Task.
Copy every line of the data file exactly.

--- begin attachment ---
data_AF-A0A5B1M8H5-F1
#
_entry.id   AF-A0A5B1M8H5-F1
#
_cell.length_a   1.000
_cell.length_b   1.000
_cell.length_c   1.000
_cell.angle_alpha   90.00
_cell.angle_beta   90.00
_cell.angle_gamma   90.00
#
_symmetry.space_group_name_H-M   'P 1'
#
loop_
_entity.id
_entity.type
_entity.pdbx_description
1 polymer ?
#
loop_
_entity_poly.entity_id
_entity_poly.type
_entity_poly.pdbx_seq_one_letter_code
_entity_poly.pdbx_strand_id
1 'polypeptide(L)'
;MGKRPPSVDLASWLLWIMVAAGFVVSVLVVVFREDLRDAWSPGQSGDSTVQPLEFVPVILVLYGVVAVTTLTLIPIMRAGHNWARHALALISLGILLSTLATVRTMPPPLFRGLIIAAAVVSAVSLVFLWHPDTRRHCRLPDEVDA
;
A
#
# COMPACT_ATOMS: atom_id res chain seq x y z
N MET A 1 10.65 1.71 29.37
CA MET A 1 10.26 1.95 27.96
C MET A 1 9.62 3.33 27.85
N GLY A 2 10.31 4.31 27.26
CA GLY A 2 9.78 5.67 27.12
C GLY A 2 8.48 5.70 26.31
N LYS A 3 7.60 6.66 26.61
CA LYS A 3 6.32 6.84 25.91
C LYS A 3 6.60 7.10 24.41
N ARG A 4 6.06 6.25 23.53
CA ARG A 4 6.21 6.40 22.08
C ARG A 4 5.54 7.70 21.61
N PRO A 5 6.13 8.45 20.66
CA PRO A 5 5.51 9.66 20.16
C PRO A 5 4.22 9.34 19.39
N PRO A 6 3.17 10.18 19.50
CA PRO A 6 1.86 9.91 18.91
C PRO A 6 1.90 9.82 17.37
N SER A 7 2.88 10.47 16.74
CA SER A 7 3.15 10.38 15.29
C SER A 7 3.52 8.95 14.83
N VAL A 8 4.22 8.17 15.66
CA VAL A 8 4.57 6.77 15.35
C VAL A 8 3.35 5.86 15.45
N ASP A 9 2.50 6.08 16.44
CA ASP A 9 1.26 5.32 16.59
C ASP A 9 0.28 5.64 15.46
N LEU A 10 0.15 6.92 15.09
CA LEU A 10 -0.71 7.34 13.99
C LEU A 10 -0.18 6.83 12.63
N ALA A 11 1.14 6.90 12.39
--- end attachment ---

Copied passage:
data_AF-A0A5B1M8H5-F1
#
_entry.id   AF-A0A5B1M8H5-F1
#
_cell.length_a   1.000
_cell.length_b   1.000
_cell.length_c   1.000
_cell.angle_alpha   90.00
_cell.angle_beta   90.00
_cell.angle_gamma   90.00
#
_symmetry.space_group_name_H-M   'P 1'
#
loop_
_entity.id
_entity.type
_entity.pdbx_description
1 polymer ?
#
loop_
_entity_poly.entity_id
_entity_poly.type
_entity_poly.pdbx_seq_one_letter_code
_entity_poly.pdbx_strand_id
1 'polypeptide(L)'
;MGKRPPSVDLASWLLWIMVAAGFVVSVLVVVFREDLRDAWSPGQSGDSTVQPLEFVPVILVLYGVVAVTTLTLIPIMRAGHNWARHALALISLGILLSTLATVRTMPPPLFRGLIIAAAVVSAVSLVFLWHPDTRRHCRLPDEVDA
;
A
#
# COMPACT_ATOMS: atom_id res chain seq x y z
N MET A 1 10.65 1.71 29.37
CA MET A 1 10.26 1.95 27.96
C MET A 1 9.62 3.33 27.85
N GLY A 2 10.31 4.31 27.26
CA GLY A 2 9.78 5.67 27.12
C GLY A 2 8.48 5.70 26.31
N LYS A 3 7.60 6.66 26.61
CA LYS A 3 6.32 6.84 25.91
C LYS A 3 6.60 7.10 24.41
N ARG A 4 6.06 6.25 23.53
CA ARG A 4 6.21 6.40 22.08
C ARG A 4 5.54 7.70 21.61
N PRO A 5 6.13 8.45 20.66
CA PRO A 5 5.51 9.66 20.16
C PRO A 5 4.22 9.34 19.39
N PRO A 6 3.17 10.18 19.50
CA PRO A 6 1.86 9.91 18.91
C PRO A 6 1.90 9.82 17.37
N SER A 7 2.88 10.47 16.74
CA SER A 7 3.15 10.38 15.29
C SER A 7 3.52 8.95 14.83
N VAL A 8 4.22 8.17 15.66
CA VAL A 8 4.57 6.77 15.35
C VAL A 8 3.35 5.86 15.45
N ASP A 9 2.50 6.08 16.44
CA ASP A 9 1.26 5.32 16.59
C ASP A 9 0.28 5.64 15.46
N LEU A 10 0.15 6.92 15.09
CA LEU A 10 -0.71 7.34 13.99
C LEU A 10 -0.18 6.83 12.63
N ALA A 11 1.14 6.90 12.39